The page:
Frida Kahlo, who remains one of the most influential and famous painters in history, left the world much more than just her exquisite paintings. From her brush came poetry, and we are left with the proof.
But, the woman behind the infamous paintings — "The Wounded Deer" and "The Broken Column" — had more than just artistic talent. Kahlo had a fiery personality and a longing for pleasure, and she lived her life truly authentically. We can all learn a few things from her time on Earth:
Who better to learn the lesson of resilience from than the woman behind the quote, “At the end of the day, we can endure much more than we think we can?”
At the age of 18, Kahlo was in a horrific bus accident that caused so much irreparable damage to her body that her doctors thought she was going to die on the operating table. The accident broke her spinal column, her collar bone, her pelvis, her foot and her ribs.
Hell, she was pierced through the abdomen with an iron railing. The accident left her with unthinkable injuries, scars and disabilities, but it did not kill her. Think of how amazing that is.
Mind you, this was in 1925. Medical technology was nowhere near what it is today.
Frida, who recovered for two whole years, vowed to walk again. She also vowed to never again be a financial burden on her family. She wanted to support herself, both physically and monetarily.
The accident is the thing that led her to her painting career. Through her art, Frida survived.
As she famously said, “I am not sick. I am broken. But I am happy to be alive as long as I can paint.”
2. Being True To Yourself
Frida Kahlo was openly bisexual, and for the time, that was relatively taboo. She has been said to have had affairs with other prominent women of the time, such as Josephine Baker, Georgia Georgia O'Keeffe and Chavela Vargas.
Even though the years have progressed and being queer is now much more socially acceptable than it was 100 years ago, it still terrifies people to come out of the closet. Stars like Ellen Page have talked about how nerve-racking it can be to come out of the closet and show the world who you really are.
Kahlo was an inspiration and poster woman for being yourself, and not feeling ashamed of the person you truly are.
3. Breaking Stereotypes
Frida was well-known for her style. But with that style came phases of androgyny.
Kahlo would experiment with men's clothes and hairstyles. Maybe this was her way of breaking down the social norms of the time, or maybe it was a form of self-expression. Whatever her intent was, it is inspirational to see a woman push boundaries like that.
Seeing her in her family portrait circa 1927, dressed in a man's suit, makes me want to run to the tailor and get my own. She was a rule-breaker, a trendsetter and a role model.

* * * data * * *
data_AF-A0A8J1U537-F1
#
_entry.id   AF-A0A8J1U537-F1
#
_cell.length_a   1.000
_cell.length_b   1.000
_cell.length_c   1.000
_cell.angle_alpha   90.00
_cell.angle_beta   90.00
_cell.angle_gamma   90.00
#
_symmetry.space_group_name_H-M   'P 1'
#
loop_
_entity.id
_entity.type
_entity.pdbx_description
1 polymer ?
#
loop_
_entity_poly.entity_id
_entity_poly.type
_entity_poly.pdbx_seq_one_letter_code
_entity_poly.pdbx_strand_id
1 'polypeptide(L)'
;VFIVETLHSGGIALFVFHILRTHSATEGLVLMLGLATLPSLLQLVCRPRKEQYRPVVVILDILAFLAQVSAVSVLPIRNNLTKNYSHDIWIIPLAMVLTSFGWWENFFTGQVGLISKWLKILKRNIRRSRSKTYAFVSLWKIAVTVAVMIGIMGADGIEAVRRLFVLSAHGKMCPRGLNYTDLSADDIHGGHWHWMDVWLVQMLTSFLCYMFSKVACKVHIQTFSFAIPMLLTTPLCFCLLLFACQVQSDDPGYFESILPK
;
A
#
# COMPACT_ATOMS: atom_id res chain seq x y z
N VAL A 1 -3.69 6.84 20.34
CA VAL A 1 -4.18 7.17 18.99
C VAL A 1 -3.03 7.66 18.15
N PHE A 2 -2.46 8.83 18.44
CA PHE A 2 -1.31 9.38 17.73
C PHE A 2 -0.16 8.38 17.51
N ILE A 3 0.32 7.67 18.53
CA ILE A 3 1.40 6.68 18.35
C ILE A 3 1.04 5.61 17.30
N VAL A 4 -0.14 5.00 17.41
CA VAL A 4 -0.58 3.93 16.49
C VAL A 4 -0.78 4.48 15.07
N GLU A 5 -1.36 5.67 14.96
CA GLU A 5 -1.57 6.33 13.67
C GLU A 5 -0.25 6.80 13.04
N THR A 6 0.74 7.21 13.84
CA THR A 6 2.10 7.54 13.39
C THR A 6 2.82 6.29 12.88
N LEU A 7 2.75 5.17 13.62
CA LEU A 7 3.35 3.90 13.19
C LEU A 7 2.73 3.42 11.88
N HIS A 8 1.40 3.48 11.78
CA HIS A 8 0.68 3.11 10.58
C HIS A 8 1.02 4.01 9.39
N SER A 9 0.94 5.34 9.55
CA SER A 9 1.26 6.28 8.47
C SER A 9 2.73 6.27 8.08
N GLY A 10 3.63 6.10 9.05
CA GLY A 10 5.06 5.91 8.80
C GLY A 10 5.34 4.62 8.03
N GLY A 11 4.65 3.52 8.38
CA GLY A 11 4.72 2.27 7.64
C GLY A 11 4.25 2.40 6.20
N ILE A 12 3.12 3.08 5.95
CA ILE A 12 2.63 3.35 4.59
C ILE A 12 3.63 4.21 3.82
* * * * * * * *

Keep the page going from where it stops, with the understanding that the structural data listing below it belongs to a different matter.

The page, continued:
Perhaps one of the reasons Kahlo is so memorable — as not only an artist, but also as a person — because she broke the mold. She was Tim Burton way before there ever was a Tim Burton. She was Diane Keaton before there was a Diane Keaton.
She did what she wanted, dressed how she pleased and made love to whomever she desired. She is an inspiration for those looking to break down walls, regardless of what other people will say or think.
If Frida Kahlo had anything in spades, it was self-confidence. The woman famously donned a unibrow and mustache for her entire adult life. Think about how much pure and blatant confidence you would have had to have to rock something so unconventional, but still exude so much sex appeal that you could nail down your country's most famous artist of the day. Her husband was Diego Rivera.
Frida didn't just attract men, though. As I mentioned earlier, she attracted women as well. But, it wasn't all about looks when it came to Kahlo. She was intelligent, fiery and imaginative.
She had affairs with some of the world's most influential people, including Leon Trotsky. Intelligence attracts intelligence.
Few others could forgive such transgressions as Frida Kahlo did. Her beloved sister and the husband she worshipped had an affair, and discovering it nearly broke her heart.
After some time away from her husband, she forgave his betrayal. This isn't to say you should take someone back who cheats on you, but what's the alternative? Stew in anger and hatred for the rest of your days? Never speak to your sister again?
I admire Frida for her ability to forgive a betrayal of that level. Should she have gone back? Probably not. But forgiveness is such a beautiful lesson, and few people ever learn it.
Although her husband was a pathological cheat and Frida had countless affairs of her own, she and Diego loved each other so fully, they could never part for long. Frida adored Diego. She loved him ever since she first laid eyes on him as a schoolgirl, when he was commissioned to paint a mural at her school.
Their love story was a beautiful one (aside from the affairs). He was a mentor to her, he was her best friend and he was her equal. The letters she wrote to him are beautiful. They talk about a love that's so entirely full, one can only dream of being adored in such a way.
In a letter to Diego, she wrote, “I love you more than my own skin, and even though you don't love me the same way, you love me anyway, don't you? If you don't, I'll always have the hope that you do, and I'm satisfied with that. Love me a little. I adore you.” That is nothing short of pure devotion.
Kahlo, who has been deceased for over 60 years now, definitely left her mark on the world. Thinking of the number of people across the globe who can recognize that iconic unibrow from her self-portraits astounds me. Not only are we left with her unmatched artistic work, but we are also left with the legacy of a woman who lived life entirely as she was. She was totally eccentric and delightfully brilliant.